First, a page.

A research group led by Prof. CHEN Tao and Prof. ZHU Changfei, and their collaborator Prof. HAO Xiaojing at UNSW, developed a hydrothermal deposition method for the synthesis of antimony selenosulfide for solar cell applications. With this absorber material, the solar cell break the 10% benchmark efficiency barrier. This result has been published in Nature Energy entitled “Hydrothermal deposition of antimony selenosulfide thin films enables solar cells with 10% efficiency”.
Antimony selenosulfide, Sb2(S,Se)3, as the ROHS-compliant and earth-abundant light harvesting material, has received increasing interests during the past few years. The band gap of Sb2(S,Se)3 is tunable in the range of 1.1-1.7 eV, satisfying the requirement for optimal sunlight harvesting. In addition, Sb2(S,Se)3 possesses high extinction coefficient and the film thickness of about 500 nanometers can absorb sufficient light irradiation. With these advantages, the Sb2(S,Se)3 is a promising energy material for the applications of light-weight and portable electricity generation devices.
Consider that Sb2(S,Se)3 is consisted of earth-abundant elements and with the excellent stability, the improvement in breaking 10% benchmark efficiency will set a ground for commercialization path. In this study, the authors found that the hydrothermal deposition at supercritical condition enables the generation of compact and flat film with homogeneous element distribution in the lateral direction. These superior characteristics allow the efficient carrier transport and suppression of the detrimental recombination. With further optimizations of the band gap, cation/anion ratio, crystal orientation and defect properties, the device successfully achieves a record power conversion efficiency.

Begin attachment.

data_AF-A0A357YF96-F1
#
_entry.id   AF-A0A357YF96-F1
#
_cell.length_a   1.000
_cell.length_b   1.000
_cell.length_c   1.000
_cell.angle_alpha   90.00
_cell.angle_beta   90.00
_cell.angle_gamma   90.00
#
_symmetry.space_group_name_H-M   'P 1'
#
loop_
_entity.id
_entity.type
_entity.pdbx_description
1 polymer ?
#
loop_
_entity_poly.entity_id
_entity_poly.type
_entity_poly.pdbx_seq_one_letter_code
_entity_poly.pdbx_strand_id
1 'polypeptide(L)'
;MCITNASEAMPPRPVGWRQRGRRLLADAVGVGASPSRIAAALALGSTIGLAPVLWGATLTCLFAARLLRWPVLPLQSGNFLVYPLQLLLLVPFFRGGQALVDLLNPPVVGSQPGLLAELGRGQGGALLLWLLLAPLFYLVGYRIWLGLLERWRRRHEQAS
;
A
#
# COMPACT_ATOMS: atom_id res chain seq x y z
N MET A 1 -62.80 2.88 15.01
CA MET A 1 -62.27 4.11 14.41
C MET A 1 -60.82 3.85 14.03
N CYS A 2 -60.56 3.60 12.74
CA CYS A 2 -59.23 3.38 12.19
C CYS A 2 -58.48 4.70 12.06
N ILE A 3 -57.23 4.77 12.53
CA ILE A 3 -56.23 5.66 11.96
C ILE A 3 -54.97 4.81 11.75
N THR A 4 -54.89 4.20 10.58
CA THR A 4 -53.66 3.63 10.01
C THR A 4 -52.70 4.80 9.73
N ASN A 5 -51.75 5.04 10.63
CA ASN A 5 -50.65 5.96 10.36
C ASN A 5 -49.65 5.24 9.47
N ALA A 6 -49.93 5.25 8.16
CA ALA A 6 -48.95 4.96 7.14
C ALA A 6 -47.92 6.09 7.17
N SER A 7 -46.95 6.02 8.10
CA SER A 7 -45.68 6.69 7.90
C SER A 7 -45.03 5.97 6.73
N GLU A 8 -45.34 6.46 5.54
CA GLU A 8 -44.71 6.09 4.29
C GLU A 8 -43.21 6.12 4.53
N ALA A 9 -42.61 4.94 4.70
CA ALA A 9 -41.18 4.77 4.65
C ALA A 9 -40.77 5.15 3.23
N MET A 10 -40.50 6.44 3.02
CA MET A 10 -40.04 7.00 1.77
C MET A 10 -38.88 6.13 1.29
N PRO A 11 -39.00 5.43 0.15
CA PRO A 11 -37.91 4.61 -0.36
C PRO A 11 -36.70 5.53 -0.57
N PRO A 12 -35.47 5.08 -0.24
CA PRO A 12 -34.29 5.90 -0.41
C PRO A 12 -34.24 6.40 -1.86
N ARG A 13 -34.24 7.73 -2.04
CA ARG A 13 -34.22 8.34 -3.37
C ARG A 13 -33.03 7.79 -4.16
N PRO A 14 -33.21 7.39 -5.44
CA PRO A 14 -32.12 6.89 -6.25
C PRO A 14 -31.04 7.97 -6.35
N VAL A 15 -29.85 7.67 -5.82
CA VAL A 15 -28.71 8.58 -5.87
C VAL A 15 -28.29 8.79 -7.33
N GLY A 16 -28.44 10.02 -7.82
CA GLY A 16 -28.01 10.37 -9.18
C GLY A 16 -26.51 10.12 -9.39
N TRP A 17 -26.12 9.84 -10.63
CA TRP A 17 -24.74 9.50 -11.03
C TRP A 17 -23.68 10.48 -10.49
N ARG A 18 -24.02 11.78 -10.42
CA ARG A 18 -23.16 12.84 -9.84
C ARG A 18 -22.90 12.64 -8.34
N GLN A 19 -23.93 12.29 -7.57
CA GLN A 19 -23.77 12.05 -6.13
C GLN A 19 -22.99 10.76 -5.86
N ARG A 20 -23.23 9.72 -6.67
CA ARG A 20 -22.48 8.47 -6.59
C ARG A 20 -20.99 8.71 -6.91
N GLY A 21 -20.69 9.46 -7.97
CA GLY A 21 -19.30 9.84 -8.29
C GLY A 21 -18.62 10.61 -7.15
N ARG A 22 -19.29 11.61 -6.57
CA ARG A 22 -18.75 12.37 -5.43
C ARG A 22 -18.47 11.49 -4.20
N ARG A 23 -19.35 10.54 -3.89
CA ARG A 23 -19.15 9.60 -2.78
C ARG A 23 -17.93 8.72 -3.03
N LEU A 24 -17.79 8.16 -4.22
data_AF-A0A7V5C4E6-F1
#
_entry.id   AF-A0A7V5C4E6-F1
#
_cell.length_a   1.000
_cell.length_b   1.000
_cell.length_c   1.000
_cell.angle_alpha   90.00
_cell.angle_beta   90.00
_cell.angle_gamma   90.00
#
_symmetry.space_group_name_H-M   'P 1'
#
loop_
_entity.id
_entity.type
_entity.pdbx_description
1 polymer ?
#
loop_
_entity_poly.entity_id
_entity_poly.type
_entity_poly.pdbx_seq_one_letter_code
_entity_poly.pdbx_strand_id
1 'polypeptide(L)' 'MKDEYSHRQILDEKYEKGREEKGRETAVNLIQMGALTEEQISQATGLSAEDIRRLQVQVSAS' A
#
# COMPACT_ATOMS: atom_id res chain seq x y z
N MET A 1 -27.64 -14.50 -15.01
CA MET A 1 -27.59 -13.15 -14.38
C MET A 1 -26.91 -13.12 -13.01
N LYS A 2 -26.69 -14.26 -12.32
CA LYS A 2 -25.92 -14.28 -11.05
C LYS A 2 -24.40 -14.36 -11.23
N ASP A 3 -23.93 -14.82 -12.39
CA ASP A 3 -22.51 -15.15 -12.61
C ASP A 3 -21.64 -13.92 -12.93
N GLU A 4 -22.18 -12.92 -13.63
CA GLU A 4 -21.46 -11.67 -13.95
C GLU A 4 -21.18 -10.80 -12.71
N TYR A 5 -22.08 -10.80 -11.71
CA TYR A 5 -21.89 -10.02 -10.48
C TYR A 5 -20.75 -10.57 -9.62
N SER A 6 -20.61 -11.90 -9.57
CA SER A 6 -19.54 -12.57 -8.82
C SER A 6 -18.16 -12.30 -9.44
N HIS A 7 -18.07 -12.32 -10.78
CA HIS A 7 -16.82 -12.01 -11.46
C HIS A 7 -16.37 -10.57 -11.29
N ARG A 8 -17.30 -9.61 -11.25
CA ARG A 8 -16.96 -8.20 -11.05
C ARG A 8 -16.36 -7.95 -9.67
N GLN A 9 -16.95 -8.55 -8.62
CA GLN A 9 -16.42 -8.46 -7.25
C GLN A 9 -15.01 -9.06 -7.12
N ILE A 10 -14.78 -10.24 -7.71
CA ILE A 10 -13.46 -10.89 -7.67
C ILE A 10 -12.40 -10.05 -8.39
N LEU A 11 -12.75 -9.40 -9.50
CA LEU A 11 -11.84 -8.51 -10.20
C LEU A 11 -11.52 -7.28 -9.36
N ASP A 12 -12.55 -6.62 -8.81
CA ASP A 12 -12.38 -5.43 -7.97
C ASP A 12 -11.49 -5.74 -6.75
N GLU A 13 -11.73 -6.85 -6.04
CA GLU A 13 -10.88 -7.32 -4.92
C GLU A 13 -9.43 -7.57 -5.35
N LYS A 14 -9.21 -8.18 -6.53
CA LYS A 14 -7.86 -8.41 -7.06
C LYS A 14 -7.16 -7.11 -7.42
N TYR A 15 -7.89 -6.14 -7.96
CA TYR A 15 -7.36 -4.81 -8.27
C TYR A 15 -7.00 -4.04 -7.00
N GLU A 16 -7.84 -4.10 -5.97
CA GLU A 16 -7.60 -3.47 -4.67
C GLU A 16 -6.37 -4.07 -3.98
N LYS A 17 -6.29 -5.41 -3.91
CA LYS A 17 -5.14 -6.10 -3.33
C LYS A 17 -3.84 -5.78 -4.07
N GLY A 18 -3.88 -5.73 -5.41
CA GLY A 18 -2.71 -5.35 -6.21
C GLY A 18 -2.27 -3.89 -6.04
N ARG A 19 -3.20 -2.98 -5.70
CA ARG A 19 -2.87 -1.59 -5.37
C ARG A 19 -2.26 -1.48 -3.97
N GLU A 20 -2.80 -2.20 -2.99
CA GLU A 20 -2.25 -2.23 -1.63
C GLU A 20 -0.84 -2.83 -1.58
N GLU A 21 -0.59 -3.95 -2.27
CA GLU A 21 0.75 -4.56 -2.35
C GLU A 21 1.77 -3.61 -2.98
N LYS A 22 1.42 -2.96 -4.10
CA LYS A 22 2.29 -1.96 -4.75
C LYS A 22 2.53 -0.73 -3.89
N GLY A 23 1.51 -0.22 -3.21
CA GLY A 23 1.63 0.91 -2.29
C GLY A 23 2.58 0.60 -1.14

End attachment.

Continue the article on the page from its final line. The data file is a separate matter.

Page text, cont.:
The reviewer of this paper highly praised this work, commenting that “This paper presents a landmark efficiencyvalue for Sb2(S,Se)3 solar cells breaking the 10% barrier.”, “This achievement sheds new light on the investigation and application of Sb2(S,Se)3 …”.
The co-first authors of this articles are Dr. RONG feng, Dr. WANG Xiaomin and LIAN Weitao, from the School of Chemistry and Materials Science of University of Science and Technology of China. The co-corresponding authors are ZHU Changfei (USTC), HAO Xiaojing (UNSW) and CHEN Tao (USTC). Collaborators also include Prof. YANG Shangfeng at USTC, Prof. XING Guichuan at University of Macau, Prof. CHEN Shiyou at the East China Normal University and so on.
This research was supported by Ministry of Science and Technology of the People’s Republic of China, National Natural Science Fundation and Hefei National Laboratory for Physical Sciences at the Microscale.